What would have happened in the now-cancelled third seasons of Luke Cage and Iron Fist? October has been a difficult month for fans of the popular Marvel Netflix shows. On the one hand, the eagerly-anticipated Daredevil season 3 has finally released, to popular and critical acclaim. Unfortunately, this was against the backdrop of two major cancellations, with Netflix bringing both Iron Fist and Luke Cage to an end after two seasons.
The reasons for the cancellations are believed to have been slightly different. In the case of Iron Fist, it's generally believed that the show never recovered from a critically-panned first season, in spite of the best efforts of new showrunner Raven Metzner. In contrast, there have been reports that talks on Luke Cage season 3 went to the wire, with reports of "creative differences" between Marvel and Netflix. The streaming service apparently wasn't comfortable with the direction Marvel intended to take the series, and they wanted a shorter 10-episode series than Marvel was prepared to make.
It's possible that Luke Cage and Iron Fist will be replaced by team-up shows like Daughters of the Dragon and Heroes for Hire. By now, though, it's quite clear that this wasn't the original plan. Key members of the cast, and even the two showrunners, have taken to social media to thank their fans for following them, and there's a definite sense of sorrow to their comments. Daredevil showrunner Erik Oleson, a close friend of Metzner's, gave a sense of just how difficult a time it's been for the Marvel teams. "The Marvel shows are a family," he explained. "I took Raven out for drinks on Saturday night and we commiserated. It was heartbreaking news."
So what were Marvel's plans for Luke Cage and Iron Fist seasons 3? This article will look at the ideas set up in the shows, and the (sparse) comic book precedents, and attempt to deduce what was going to happen.
- This Page: What Would Have Happened In Luke Cage Season 3?
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What Would Have Happened In Luke Cage Season 3?
Luke Cage season 2 ended with a whole new status quo for Harlem's Hero. He'd inherited Harlem's Paradise, and had concluded he could do more good for his neighborhood as a crime boss who was attempting to keep the peace. It's an approach Luke has never taken in the comics, which makes it pretty difficult to guess where showrunner Cheo Hodari Coker was planning to take the series. The only solid hint has been given by Mike Colter, who described something of a "fall from grace" arc:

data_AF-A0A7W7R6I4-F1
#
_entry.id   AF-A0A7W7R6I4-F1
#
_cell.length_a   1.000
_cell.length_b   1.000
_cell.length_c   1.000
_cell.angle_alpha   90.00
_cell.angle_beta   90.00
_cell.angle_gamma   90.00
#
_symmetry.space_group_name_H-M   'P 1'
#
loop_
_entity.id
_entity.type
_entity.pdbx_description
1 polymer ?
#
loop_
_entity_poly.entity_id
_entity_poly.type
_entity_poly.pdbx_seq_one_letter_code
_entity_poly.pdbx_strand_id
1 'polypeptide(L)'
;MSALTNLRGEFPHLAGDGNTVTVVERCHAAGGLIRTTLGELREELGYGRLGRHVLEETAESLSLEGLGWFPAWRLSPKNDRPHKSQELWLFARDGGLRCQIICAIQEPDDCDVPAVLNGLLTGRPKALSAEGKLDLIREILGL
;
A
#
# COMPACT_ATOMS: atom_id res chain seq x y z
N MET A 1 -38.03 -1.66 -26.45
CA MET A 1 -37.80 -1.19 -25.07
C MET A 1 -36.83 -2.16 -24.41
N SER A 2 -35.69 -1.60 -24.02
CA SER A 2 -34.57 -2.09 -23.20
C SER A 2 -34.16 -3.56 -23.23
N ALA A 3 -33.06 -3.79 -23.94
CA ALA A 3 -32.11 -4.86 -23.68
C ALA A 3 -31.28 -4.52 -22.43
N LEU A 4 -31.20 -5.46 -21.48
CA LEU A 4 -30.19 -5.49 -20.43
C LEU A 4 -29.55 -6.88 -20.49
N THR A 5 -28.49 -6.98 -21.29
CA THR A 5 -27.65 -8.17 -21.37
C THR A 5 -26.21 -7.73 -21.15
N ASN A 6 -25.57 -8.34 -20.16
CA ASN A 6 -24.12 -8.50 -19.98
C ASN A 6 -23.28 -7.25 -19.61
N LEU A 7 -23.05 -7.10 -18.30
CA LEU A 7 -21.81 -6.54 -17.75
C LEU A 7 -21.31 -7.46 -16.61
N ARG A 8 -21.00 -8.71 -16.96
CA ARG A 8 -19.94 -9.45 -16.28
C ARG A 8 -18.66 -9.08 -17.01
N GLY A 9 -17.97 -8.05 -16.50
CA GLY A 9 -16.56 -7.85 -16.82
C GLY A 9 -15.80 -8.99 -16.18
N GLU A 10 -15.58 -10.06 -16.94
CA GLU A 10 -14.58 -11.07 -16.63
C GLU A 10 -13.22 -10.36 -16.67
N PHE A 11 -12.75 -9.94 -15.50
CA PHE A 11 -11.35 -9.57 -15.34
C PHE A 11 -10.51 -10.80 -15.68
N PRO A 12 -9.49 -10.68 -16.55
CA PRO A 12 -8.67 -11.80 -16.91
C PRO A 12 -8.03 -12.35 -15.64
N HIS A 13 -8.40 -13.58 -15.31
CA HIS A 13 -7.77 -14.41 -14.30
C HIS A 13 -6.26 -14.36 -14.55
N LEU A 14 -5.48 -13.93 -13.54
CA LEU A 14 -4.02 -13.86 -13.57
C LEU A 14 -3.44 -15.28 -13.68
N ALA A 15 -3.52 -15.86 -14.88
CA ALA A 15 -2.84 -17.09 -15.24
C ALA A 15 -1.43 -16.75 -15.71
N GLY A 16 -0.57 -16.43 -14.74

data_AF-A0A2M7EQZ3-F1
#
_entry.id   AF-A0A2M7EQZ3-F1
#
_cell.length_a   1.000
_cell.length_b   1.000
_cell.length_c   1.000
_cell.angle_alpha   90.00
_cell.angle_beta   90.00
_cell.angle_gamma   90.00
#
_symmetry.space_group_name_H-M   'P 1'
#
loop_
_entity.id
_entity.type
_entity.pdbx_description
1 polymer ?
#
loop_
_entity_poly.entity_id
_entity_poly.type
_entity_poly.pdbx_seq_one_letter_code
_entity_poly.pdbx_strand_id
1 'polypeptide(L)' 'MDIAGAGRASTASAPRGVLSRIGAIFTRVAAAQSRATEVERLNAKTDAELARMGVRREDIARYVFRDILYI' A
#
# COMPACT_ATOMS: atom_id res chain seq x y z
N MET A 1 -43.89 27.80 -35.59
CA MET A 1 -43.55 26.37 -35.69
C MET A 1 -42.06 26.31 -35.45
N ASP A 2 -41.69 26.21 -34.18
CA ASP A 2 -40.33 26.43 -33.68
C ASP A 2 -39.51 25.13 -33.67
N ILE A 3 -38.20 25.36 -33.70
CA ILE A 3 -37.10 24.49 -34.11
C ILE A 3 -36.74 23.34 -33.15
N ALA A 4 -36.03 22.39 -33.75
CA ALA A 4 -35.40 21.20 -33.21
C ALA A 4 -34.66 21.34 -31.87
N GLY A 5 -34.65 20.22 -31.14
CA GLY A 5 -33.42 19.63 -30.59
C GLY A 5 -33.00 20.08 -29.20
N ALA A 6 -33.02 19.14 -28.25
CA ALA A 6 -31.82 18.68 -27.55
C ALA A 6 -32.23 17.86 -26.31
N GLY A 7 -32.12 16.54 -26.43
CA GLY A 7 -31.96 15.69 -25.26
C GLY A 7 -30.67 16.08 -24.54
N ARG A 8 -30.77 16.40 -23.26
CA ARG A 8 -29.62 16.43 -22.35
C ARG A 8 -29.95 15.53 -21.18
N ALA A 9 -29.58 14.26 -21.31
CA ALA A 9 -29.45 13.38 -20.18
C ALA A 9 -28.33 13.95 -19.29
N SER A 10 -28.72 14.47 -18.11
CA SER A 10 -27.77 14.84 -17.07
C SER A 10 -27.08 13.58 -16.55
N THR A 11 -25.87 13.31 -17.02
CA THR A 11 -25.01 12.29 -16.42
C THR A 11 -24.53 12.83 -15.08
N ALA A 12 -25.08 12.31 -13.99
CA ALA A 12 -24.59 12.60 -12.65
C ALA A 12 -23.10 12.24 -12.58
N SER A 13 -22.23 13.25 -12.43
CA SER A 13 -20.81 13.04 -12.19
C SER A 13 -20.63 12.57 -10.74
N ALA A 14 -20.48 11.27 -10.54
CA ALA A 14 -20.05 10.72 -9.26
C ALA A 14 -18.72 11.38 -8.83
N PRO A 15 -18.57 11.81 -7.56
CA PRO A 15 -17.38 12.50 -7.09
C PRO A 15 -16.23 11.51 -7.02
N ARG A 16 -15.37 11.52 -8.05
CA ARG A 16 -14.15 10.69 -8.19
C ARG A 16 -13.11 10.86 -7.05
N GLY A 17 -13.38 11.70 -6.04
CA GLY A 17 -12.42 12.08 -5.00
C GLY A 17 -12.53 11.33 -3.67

"I think the plan for season 3 is to explore Luke's ability to govern and be fair. At the end, we talk about there being a new sheriff in town, a new king in Harlem. We're going to see how he deals with this power, because we know absolute power can corrupt absolutely. And sometimes when you don't have someone checking you, someone to put you in place, someone to tell you 'you can't do that,' we sometimes get out of control. We see that everywhere."
Part of this involves the fact that Luke's old friendships and relationships are breaking down. Although Rosario Dawson was willing to reprise the role of Claire Temple, Luke's lover and moral conscience, she stressed that it may not be possible due to personal commitments. "My daughter is in high school," Dawson pointed out, "so I kinda wanna not be 3,000 miles away for work." Meanwhile, Luke's new role as a crime boss will inevitably cause conflict with Misty Knight, who's been offered a promotion and would be in charge of bringing an end to Luke's burgeoning criminal empire. Season 2 ended with Luke alone in his office, signifying that he'd lost everyone and everything that could keep him on the straight and narrow.
Dialogue in Iron Fist season 2 strongly suggested that Misty would call in her friend Colleen Wing to help against Luke. Colleen has become New York's new Iron Fist, and she could well be the key to stopping Luke. After all, as Misty noted, Colleen now has "one of the few weapons that might make a dent in that man." A flash-forward scene at the end of Iron Fist season 2 suggested that Colleen will learn how to channel her Chi through other weapons, most notably her katana, and that's an absolute game-changer. The Defenders already confirmed that a punch thrown with the power of the Iron Fist can knock Luke Cage down; that means, in theory, that Colleen's sword can be used to cut him too. Making matters worse, Luke wouldn't necessarily find out that Colleen was a threat to him until she was ready to take him on. It's important not to overemphasize Colleen's importance to the plot, though; Marvel would have been hoping she'd be needed for both Luke Cage and Iron Fist seasons 3, so scheduling alone would have meant she had a limited role in Luke Cage.
The arc sounds vaguely similar to that of the Shadowland event, a comic book miniseries that saw Daredevil make the same kind of mistakes Luke is guaranteed to make. At the same time, though, it's likely the resolution would have been slightly different; rather than seeing Luke beaten by his friends, it would have probably involved him realizing what he was becoming, presumably after making a big mistake. There would be a certain poetry if Luke Cage season 3 were to end with Harlem's "bulletproof black guy" going back to jail, but this time for crimes he really did commit.